The River Leen

The River Leen is a tributary of the R. Trent. The Leen rises at Robin Hood's Spring (in Joan Slut Plantation in the parish of Kirkby) and runs southwards along the western edge of the parish of Papplewick towards Nottingham. The river and valley floor form an important protective corridor for wildlife and several rare species of flora and fauna can be found either in the high quality clean water or along the river banks.

One such creature, the white-clawed crayfish (Austropotambius pallipes) can be found in the upper Leen. The Department of the Environment produced a Biodiversity Action Plan in 1994 identifying 402 species which were rare, threatened or vulnerable. The white-clawed crayfish is one of the 116 species for which actions plans have been prepared. These species have been selected because they are the most threatened or rapidly declining and action plans developed to maintain or improve their status in the environment. Further, white-clawed crayfish are protected under Schedule 5 of the Wildlife and Countryside Act 1981 and are classified as globally threatened by the International Union for the Conservation of Nature.

Just south of where the R. Leen enters Papplewick parish, near Iron Carr Wood, it passes through a Site of Special Scientific Interest (S.S.S.I), part of the Quarry Banks S.S.S.I. at Linby. Herons can be seen feeding here in the summer months.

A little further south (immediately north of Linby Lane), the R. Leen passes through what was once Papplewick Dam. Originally built around 1780 to feed Castle Mill and regulate the flow of water between Papplewick and Bulwell, Papplewick Dam formed an expanse of open water extending to almost 3 hectares. In June 1946, the Hucknall Co-op decided to drain the Dam, demolish Castle Mill, fill it and reclaim the land for agriculture. Two years later, the tipping of refuse commenced and continued sporadically until 1962, however the mill building still stands. Thereafter, lush vegetation began to takeover. In 1985, Nottinghamshire County Council recognised its worth as an ecological habitat and publicly accessible amenity. They entered into an agreement with the owners, Greater Nottingham Co-operative Society, and work got underway in March 1987.  The Leen Valley Spadework Team pruned and felled a number of dangerous willow trees. Moor Pond in AutumnPapplewick Dam remains open to the public throughout the year, with access from Linby Lane at SK 547511.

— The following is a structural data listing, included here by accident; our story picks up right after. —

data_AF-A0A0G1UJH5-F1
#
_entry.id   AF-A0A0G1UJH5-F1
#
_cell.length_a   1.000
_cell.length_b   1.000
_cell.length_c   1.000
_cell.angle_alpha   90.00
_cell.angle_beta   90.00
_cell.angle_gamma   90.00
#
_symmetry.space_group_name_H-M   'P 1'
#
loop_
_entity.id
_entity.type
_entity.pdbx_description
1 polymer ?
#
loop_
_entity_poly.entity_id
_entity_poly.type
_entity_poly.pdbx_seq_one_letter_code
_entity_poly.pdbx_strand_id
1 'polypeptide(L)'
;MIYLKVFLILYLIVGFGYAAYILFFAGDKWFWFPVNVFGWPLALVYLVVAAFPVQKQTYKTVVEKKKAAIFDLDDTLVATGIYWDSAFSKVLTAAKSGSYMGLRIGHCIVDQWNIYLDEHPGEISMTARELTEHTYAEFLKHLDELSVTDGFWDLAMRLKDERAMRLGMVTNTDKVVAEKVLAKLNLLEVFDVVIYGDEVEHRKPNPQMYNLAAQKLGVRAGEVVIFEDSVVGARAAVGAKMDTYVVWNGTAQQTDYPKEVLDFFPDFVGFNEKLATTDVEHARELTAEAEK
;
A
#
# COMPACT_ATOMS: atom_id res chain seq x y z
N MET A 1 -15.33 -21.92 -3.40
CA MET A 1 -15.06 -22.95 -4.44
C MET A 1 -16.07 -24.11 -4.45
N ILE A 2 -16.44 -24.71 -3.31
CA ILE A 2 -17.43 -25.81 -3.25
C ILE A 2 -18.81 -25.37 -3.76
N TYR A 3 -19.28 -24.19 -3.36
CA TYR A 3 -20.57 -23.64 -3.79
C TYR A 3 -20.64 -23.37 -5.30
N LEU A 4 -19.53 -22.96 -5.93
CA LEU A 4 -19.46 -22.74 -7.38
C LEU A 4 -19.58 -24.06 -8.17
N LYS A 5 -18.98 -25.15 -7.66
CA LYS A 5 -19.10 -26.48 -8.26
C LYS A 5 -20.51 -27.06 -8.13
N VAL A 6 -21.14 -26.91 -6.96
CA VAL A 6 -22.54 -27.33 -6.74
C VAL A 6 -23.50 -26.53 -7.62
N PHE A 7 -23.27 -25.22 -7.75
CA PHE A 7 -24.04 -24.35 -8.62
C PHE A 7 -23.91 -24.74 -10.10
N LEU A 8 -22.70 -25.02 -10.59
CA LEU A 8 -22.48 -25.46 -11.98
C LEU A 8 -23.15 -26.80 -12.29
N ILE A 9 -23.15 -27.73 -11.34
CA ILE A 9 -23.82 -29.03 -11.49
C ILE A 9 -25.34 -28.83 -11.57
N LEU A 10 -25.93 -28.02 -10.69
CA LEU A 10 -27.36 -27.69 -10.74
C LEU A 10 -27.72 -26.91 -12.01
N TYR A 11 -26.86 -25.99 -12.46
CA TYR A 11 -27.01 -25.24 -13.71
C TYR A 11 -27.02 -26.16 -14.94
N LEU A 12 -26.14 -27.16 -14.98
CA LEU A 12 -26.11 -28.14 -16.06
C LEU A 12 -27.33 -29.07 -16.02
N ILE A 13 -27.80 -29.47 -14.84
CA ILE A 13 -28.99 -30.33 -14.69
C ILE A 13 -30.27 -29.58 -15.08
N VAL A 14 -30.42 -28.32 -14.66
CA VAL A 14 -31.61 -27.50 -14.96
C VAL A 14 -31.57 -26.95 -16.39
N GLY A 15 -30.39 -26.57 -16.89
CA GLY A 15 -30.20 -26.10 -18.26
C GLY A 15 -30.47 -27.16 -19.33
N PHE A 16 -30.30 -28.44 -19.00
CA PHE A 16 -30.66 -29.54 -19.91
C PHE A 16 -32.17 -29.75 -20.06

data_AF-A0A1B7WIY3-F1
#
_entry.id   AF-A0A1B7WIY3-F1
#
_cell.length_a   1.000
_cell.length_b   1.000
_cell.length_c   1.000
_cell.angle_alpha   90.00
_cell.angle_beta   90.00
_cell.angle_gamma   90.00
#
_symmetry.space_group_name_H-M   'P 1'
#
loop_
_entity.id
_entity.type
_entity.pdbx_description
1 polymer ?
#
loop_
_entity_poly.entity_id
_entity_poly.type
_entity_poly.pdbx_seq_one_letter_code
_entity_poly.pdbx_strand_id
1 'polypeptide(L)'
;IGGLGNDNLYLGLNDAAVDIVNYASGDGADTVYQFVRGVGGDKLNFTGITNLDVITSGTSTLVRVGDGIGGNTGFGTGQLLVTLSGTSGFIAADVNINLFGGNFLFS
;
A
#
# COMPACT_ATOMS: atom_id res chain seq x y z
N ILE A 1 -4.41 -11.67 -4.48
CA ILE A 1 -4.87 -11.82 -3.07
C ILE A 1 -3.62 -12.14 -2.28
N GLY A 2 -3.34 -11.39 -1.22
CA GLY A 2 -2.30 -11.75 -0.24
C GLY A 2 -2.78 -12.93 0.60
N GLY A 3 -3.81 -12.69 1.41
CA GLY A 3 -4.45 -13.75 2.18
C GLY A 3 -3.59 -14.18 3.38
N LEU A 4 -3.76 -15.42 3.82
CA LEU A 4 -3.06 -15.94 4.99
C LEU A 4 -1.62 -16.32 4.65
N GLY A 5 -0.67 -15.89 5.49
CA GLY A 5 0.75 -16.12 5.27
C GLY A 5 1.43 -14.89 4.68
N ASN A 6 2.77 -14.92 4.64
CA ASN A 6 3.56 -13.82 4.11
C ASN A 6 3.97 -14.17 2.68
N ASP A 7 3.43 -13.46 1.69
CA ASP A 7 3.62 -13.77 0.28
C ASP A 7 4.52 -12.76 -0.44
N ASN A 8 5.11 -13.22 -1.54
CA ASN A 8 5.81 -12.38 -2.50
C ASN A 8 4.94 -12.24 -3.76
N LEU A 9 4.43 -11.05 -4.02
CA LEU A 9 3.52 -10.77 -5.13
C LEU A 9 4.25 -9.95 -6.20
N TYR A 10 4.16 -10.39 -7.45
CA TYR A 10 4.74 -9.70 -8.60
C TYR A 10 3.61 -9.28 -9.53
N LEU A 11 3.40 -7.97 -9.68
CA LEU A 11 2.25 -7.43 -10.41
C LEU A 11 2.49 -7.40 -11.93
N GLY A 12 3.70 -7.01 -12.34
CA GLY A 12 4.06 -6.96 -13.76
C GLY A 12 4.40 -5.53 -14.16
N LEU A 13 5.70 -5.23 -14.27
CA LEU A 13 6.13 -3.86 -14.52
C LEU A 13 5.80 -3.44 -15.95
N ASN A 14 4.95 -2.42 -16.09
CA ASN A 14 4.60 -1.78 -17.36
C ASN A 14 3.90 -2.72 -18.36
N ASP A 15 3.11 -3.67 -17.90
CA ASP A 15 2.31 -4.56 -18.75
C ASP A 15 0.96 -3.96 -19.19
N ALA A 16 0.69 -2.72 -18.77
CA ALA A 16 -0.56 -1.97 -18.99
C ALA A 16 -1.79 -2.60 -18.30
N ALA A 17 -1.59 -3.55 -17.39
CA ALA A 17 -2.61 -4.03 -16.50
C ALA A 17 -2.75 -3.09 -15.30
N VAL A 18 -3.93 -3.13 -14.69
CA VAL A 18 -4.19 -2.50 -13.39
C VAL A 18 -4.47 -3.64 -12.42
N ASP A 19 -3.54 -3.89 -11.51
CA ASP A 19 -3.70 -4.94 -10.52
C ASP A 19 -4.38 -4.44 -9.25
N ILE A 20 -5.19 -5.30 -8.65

South of Linby Lane is an area known as Moor Pond Wood, (see picture) which is the remains of another former mill-pond. This is also managed as an amenity woodland, and a permissive path has been constructed through the woodland. This is a favourite spot for wild fowl, as well as woodland birds and mammals.

Five hundred metres south of Moor Pond (and south of Grange Farm), the river flows through an extensive area of reeds and associated wetland, which are rare and sensitive ecosystems. (SK 549495) The shallow water and boggy surroundings contain wetland species which are increasing rare in Nottinghamshire. They in turn support wildlife including:- Marsh Harrier, (which were recorded in 1993 as a winter visitor); Turtle Doves; Reed Warblers; Grasshopper Warblers and Reed Buntings. All these species are threatened both locally and nationally. This wetland area also provides a hunting habitat for the Long-eared Owl and a breeding place for Harvest Mice.

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